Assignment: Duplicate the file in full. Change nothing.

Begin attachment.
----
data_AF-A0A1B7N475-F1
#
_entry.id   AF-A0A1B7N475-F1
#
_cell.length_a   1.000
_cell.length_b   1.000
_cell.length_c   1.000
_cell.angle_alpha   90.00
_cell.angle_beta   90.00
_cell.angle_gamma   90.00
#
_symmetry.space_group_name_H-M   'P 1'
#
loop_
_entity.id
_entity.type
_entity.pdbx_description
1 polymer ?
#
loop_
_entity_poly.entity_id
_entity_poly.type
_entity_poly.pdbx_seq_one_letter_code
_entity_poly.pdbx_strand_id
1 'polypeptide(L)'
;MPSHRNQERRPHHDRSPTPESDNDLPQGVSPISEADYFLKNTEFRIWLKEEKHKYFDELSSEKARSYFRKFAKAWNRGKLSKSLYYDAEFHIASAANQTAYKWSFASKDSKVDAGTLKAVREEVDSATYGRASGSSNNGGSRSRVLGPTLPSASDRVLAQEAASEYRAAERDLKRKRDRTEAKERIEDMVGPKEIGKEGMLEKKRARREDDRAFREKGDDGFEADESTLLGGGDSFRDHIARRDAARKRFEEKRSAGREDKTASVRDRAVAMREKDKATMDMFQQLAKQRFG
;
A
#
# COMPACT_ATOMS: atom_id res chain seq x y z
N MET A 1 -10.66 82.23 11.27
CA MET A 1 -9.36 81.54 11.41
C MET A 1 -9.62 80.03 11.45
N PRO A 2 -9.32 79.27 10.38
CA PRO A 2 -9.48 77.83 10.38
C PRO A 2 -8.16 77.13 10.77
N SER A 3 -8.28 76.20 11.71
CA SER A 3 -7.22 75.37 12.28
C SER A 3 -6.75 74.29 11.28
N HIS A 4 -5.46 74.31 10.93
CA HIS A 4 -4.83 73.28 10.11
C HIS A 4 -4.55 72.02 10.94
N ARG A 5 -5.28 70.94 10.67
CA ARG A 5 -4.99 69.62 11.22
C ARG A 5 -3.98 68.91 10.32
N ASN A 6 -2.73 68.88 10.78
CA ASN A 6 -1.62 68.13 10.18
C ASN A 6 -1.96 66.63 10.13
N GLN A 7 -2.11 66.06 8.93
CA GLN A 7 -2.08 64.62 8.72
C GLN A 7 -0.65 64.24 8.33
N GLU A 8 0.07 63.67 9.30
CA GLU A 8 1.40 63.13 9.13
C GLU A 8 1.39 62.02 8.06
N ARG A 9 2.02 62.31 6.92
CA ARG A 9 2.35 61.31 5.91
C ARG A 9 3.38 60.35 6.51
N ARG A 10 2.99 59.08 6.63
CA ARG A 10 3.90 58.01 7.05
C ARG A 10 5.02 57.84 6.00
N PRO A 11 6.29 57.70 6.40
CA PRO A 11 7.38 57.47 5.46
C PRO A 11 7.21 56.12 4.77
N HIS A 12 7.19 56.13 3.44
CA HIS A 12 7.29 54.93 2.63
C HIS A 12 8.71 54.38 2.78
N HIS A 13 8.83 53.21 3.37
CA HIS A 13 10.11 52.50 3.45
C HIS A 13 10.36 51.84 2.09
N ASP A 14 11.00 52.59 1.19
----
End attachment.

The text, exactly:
data_AF-A0A1B7N475-F1
#
_entry.id   AF-A0A1B7N475-F1
#
_cell.length_a   1.000
_cell.length_b   1.000
_cell.length_c   1.000
_cell.angle_alpha   90.00
_cell.angle_beta   90.00
_cell.angle_gamma   90.00
#
_symmetry.space_group_name_H-M   'P 1'
#
loop_
_entity.id
_entity.type
_entity.pdbx_description
1 polymer ?
#
loop_
_entity_poly.entity_id
_entity_poly.type
_entity_poly.pdbx_seq_one_letter_code
_entity_poly.pdbx_strand_id
1 'polypeptide(L)'
;MPSHRNQERRPHHDRSPTPESDNDLPQGVSPISEADYFLKNTEFRIWLKEEKHKYFDELSSEKARSYFRKFAKAWNRGKLSKSLYYDAEFHIASAANQTAYKWSFASKDSKVDAGTLKAVREEVDSATYGRASGSSNNGGSRSRVLGPTLPSASDRVLAQEAASEYRAAERDLKRKRDRTEAKERIEDMVGPKEIGKEGMLEKKRARREDDRAFREKGDDGFEADESTLLGGGDSFRDHIARRDAARKRFEEKRSAGREDKTASVRDRAVAMREKDKATMDMFQQLAKQRFG
;
A
#
# COMPACT_ATOMS: atom_id res chain seq x y z
N MET A 1 -10.66 82.23 11.27
CA MET A 1 -9.36 81.54 11.41
C MET A 1 -9.62 80.03 11.45
N PRO A 2 -9.32 79.27 10.38
CA PRO A 2 -9.48 77.83 10.38
C PRO A 2 -8.16 77.13 10.77
N SER A 3 -8.28 76.20 11.71
CA SER A 3 -7.22 75.37 12.28
C SER A 3 -6.75 74.29 11.28
N HIS A 4 -5.46 74.31 10.93
CA HIS A 4 -4.83 73.28 10.11
C HIS A 4 -4.55 72.02 10.94
N ARG A 5 -5.28 70.94 10.67
CA ARG A 5 -4.99 69.62 11.22
C ARG A 5 -3.98 68.91 10.32
N ASN A 6 -2.73 68.88 10.78
CA ASN A 6 -1.62 68.13 10.18
C ASN A 6 -1.96 66.63 10.13
N GLN A 7 -2.11 66.06 8.93
CA GLN A 7 -2.08 64.62 8.72
C GLN A 7 -0.65 64.24 8.33
N GLU A 8 0.07 63.67 9.30
CA GLU A 8 1.40 63.13 9.13
C GLU A 8 1.39 62.02 8.06
N ARG A 9 2.02 62.31 6.92
CA ARG A 9 2.35 61.31 5.91
C ARG A 9 3.38 60.35 6.51
N ARG A 10 2.99 59.08 6.63
CA ARG A 10 3.90 58.01 7.05
C ARG A 10 5.02 57.84 6.00
N PRO A 11 6.29 57.70 6.40
CA PRO A 11 7.38 57.47 5.46
C PRO A 11 7.21 56.12 4.77
N HIS A 12 7.19 56.13 3.44
CA HIS A 12 7.29 54.93 2.63
C HIS A 12 8.71 54.38 2.78
N HIS A 13 8.83 53.21 3.37
CA HIS A 13 10.11 52.50 3.45
C HIS A 13 10.36 51.84 2.09
N ASP A 14 11.00 52.59 1.19